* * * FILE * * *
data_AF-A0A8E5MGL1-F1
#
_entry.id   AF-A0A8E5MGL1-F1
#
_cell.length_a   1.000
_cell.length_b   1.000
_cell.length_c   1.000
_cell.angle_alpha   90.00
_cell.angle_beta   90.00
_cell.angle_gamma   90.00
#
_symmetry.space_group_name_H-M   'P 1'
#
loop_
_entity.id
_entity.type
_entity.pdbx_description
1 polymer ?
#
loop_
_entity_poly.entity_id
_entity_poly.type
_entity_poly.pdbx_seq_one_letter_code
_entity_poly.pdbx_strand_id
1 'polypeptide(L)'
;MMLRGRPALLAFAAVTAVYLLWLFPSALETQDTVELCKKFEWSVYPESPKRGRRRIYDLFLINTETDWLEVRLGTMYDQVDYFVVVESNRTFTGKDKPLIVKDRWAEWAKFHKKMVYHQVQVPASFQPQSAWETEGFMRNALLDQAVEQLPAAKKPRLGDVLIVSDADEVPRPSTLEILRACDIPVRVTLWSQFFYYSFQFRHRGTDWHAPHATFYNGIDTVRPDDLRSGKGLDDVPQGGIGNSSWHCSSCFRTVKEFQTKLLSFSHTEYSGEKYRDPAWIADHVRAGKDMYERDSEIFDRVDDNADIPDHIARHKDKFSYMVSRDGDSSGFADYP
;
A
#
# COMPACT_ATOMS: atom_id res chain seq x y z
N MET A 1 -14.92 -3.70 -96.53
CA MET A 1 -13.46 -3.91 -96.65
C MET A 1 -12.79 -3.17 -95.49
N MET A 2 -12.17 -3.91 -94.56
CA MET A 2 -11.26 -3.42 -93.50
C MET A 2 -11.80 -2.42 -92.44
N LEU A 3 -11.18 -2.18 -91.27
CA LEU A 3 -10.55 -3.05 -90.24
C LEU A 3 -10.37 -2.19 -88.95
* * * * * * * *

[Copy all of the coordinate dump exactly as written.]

data_AF-A0A8E5MGL1-F1
#
_entry.id   AF-A0A8E5MGL1-F1
#
_cell.length_a   1.000
_cell.length_b   1.000
_cell.length_c   1.000
_cell.angle_alpha   90.00
_cell.angle_beta   90.00
_cell.angle_gamma   90.00
#
_symmetry.space_group_name_H-M   'P 1'
#
loop_
_entity.id
_entity.type
_entity.pdbx_description
1 polymer ?
#
loop_
_entity_poly.entity_id
_entity_poly.type
_entity_poly.pdbx_seq_one_letter_code
_entity_poly.pdbx_strand_id
1 'polypeptide(L)'
;MMLRGRPALLAFAAVTAVYLLWLFPSALETQDTVELCKKFEWSVYPESPKRGRRRIYDLFLINTETDWLEVRLGTMYDQVDYFVVVESNRTFTGKDKPLIVKDRWAEWAKFHKKMVYHQVQVPASFQPQSAWETEGFMRNALLDQAVEQLPAAKKPRLGDVLIVSDADEVPRPSTLEILRACDIPVRVTLWSQFFYYSFQFRHRGTDWHAPHATFYNGIDTVRPDDLRSGKGLDDVPQGGIGNSSWHCSSCFRTVKEFQTKLLSFSHTEYSGEKYRDPAWIADHVRAGKDMYERDSEIFDRVDDNADIPDHIARHKDKFSYMVSRDGDSSGFADYP
;
A
#
# COMPACT_ATOMS: atom_id res chain seq x y z
N MET A 1 -14.92 -3.70 -96.53
CA MET A 1 -13.46 -3.91 -96.65
C MET A 1 -12.79 -3.17 -95.49
N MET A 2 -12.17 -3.91 -94.56
CA MET A 2 -11.26 -3.42 -93.50
C MET A 2 -11.80 -2.42 -92.44
N LEU A 3 -11.18 -2.18 -91.27
CA LEU A 3 -10.55 -3.05 -90.24
C LEU A 3 -10.37 -2.19 -88.95